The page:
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30 College Tools Which Make College Life as Easy as ABC

30 College Tools Which Make College Life as Easy as ABC

College isn’t that difficult, but that doesn’t mean you can’t make the experience a whole lot easier. Don’t struggle through your time, get through it like a boss with these 30 college tools that will make college easier than ever.

1. BenchPrep

Personalize and direct your own learning. Test yourself and improve yourself with this tool. It puts the responsibility for learning back in the hands of the student. You may be passing your mock exams in college while failing your own grade system if you decide to be strict with yourself. It is a very good and serviceable exam-preparation tool.

2. OpenStudy

With this tool, you may make the world of your study group. You may get instant help from a stranger who you find online. You may volunteer, or you may simply take from the community, it is up to you. You may earn volunteer credentials, which you may add to your CV.

3. Assignment Masters

assignment writing service

    Need help to completing your assignment because you have been ill, or because you have forgotten about the deadline, then do what so many others do and have another person write it. The assignment writing service is able to write essays and academic work within a very short space of time, which gives students a little breathing room.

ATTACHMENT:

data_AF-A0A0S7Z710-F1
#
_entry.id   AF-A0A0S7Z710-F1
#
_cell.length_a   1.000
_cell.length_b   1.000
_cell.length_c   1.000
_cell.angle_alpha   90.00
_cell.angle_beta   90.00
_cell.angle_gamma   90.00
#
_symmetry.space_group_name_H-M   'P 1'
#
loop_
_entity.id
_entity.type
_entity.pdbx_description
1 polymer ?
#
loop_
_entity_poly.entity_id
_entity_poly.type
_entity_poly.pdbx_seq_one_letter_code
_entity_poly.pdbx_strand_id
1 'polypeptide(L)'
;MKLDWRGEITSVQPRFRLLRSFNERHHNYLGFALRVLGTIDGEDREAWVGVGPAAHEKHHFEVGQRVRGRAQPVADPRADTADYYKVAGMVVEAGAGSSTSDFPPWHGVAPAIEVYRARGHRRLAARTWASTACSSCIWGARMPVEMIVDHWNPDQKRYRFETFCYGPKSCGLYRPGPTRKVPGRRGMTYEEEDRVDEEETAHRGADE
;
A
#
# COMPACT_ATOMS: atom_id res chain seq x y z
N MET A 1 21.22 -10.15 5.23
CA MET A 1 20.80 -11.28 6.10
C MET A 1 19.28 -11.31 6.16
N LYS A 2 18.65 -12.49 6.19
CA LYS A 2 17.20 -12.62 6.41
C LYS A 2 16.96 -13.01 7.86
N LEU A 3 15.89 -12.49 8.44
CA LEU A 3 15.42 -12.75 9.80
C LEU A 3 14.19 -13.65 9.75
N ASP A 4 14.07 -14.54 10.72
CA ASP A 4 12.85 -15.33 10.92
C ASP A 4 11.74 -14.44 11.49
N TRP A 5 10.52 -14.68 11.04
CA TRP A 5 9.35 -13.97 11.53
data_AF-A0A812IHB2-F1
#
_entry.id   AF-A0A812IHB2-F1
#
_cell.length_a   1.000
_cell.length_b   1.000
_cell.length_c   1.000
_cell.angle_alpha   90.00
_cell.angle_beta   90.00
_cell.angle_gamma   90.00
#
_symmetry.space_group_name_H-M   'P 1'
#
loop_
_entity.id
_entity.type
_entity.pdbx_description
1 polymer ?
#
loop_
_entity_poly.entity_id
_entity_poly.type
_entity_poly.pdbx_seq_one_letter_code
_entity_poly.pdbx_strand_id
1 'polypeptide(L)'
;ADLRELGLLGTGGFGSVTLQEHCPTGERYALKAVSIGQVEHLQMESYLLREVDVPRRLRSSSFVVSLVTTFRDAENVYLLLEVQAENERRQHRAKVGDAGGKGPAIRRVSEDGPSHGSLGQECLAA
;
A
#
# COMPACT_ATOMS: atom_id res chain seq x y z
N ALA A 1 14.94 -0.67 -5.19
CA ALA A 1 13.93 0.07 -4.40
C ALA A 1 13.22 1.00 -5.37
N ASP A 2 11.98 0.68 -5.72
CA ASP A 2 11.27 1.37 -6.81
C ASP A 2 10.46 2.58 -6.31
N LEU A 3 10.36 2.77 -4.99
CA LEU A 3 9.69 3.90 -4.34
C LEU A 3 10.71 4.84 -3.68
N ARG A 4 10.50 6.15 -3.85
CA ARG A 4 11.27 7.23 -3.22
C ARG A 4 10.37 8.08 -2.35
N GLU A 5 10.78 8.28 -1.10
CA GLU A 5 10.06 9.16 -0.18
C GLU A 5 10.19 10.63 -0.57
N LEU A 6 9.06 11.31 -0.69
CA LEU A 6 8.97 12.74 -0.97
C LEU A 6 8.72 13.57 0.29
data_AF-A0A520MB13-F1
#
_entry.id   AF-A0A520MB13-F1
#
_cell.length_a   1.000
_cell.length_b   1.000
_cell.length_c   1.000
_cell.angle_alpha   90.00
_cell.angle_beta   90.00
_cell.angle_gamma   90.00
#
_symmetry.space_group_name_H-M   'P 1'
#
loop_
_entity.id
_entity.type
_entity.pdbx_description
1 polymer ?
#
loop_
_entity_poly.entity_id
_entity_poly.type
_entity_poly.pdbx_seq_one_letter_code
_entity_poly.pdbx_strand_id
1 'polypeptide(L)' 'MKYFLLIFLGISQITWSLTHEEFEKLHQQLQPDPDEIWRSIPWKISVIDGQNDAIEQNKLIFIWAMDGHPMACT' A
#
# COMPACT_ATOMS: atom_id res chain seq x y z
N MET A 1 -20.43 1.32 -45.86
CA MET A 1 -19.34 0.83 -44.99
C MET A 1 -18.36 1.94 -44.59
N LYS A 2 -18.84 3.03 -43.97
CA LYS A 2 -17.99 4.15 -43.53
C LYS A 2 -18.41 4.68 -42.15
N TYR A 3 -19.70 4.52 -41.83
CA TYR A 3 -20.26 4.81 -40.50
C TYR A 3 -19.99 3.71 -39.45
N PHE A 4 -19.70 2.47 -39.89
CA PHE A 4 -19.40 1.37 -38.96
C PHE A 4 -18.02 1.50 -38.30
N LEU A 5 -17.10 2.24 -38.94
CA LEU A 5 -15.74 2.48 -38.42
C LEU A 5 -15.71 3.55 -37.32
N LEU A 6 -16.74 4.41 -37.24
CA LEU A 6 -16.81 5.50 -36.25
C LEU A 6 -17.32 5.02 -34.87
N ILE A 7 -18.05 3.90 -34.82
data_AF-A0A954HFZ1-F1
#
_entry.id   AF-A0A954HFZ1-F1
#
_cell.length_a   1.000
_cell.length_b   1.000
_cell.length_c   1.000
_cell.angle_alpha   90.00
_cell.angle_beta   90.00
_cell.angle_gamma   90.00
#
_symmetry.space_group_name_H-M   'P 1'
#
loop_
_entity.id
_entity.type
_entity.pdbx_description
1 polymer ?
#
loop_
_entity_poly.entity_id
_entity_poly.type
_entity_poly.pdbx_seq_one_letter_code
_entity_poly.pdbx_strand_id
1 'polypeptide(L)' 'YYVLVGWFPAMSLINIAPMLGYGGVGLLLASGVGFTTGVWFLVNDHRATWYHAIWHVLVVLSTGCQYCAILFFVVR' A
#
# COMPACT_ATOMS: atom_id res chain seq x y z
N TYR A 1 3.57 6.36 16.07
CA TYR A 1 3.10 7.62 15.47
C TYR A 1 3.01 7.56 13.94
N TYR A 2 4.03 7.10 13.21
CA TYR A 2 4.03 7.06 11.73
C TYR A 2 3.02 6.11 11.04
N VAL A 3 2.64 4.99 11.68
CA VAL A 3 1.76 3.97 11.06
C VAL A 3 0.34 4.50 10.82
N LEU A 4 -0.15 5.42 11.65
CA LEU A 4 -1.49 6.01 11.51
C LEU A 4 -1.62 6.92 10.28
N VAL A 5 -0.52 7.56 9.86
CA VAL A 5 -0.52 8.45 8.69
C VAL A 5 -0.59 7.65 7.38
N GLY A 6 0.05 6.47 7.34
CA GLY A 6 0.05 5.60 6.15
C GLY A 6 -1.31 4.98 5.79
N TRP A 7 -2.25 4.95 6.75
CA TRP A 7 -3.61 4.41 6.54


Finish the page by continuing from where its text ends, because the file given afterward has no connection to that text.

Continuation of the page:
4. College Tips

    Is it just a big website full of written tips for students? Yes, but why would you need more? There are thousands of online articles that give tips for students, so instead of searching the Internet for a few here and a few there, you may read comprehensive tip lists in one place. Some of the tips are not what you want to hear, and some may upset your parents, but they are mostly true and will save you a lot of trouble and heartache if you take them on board.

    5. Flvto

    This is simply a YouTube converter. Most students want a YouTube converter because you can download any song you like with it without having to pay. However, many students are tired of using converters that tag malware onto the download, or that you use third-party advertising that redirects to malicious sites. Therefore, Flvto has become popular amongst students because of the things it doesn’t do.

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    6. Rate My Professor

    There is no direct benefit to using this website. It is often described by students as the Yelp of the professor-rating world. You are supposed to rate your professors and see other professor ratings. Rate your professors so that other students may see your ratings and pick their classes and institutions a little more wisely.

    7. iStudiez Pro

    As student planners go, this is probably one of the best. It is certainly one of the highest rated. It has quite a few functions, which means that using it is not as simple as many other planning tools. However, its complexity makes it far more useful than its nearest competitors. The color-coding system is also very convenient.

    8. TED

    The TED conferences are as useful as you make them. After all, even some of the most esteemed speakers are able to give terrible presentations. Sadly, it is often filled with people that seem to consider themselves experts and use the TED to validate their high ego. Nevertheless, if you are willing to give it a try, you may find a few lectures that are worth your time.

    9. Mint
    Mint

      Mint is rather well known in the student community for helping people manage their budgets and their money a little better. There is a section on the website that offers you a series of savings, or you may jump right in and start using the online system that allows you to set up budgets and then manage them in real time.

      10. InstaGrok